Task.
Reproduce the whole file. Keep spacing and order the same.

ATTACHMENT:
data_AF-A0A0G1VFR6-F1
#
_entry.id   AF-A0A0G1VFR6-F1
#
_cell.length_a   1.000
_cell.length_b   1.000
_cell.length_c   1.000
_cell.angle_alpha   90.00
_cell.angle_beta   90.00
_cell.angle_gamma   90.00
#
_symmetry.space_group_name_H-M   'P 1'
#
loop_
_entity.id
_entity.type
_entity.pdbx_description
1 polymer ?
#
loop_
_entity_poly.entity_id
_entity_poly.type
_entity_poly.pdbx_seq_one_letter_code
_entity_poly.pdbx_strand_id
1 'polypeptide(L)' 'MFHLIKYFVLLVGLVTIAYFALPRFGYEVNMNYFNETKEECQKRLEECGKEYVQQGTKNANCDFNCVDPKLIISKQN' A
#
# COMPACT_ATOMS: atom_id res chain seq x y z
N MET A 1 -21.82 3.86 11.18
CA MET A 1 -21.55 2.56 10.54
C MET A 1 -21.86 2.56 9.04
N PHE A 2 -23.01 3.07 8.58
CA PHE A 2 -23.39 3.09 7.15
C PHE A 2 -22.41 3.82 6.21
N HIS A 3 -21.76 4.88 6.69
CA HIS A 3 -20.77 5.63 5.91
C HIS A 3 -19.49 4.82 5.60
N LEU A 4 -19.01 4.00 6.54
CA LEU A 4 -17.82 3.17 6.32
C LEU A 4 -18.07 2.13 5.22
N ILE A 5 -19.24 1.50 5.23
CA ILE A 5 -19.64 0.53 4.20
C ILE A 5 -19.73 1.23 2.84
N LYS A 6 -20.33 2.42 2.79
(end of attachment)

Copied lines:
data_AF-A0A0G1VFR6-F1
#
_entry.id   AF-A0A0G1VFR6-F1
#
_cell.length_a   1.000
_cell.length_b   1.000
_cell.length_c   1.000
_cell.angle_alpha   90.00
_cell.angle_beta   90.00
_cell.angle_gamma   90.00
#
_symmetry.space_group_name_H-M   'P 1'
#
loop_
_entity.id
_entity.type
_entity.pdbx_description
1 polymer ?
#
loop_
_entity_poly.entity_id
_entity_poly.type
_entity_poly.pdbx_seq_one_letter_code
_entity_poly.pdbx_strand_id
1 'polypeptide(L)' 'MFHLIKYFVLLVGLVTIAYFALPRFGYEVNMNYFNETKEECQKRLEECGKEYVQQGTKNANCDFNCVDPKLIISKQN' A
#
# COMPACT_ATOMS: atom_id res chain seq x y z
N MET A 1 -21.82 3.86 11.18
CA MET A 1 -21.55 2.56 10.54
C MET A 1 -21.86 2.56 9.04
N PHE A 2 -23.01 3.07 8.58
CA PHE A 2 -23.39 3.09 7.15
C PHE A 2 -22.41 3.82 6.21
N HIS A 3 -21.76 4.88 6.69
CA HIS A 3 -20.77 5.63 5.91
C HIS A 3 -19.49 4.82 5.60
N LEU A 4 -19.01 4.00 6.54
CA LEU A 4 -17.82 3.17 6.32
C LEU A 4 -18.07 2.13 5.22
N ILE A 5 -19.24 1.50 5.23
CA ILE A 5 -19.64 0.53 4.20
C ILE A 5 -19.73 1.23 2.84
N LYS A 6 -20.33 2.42 2.79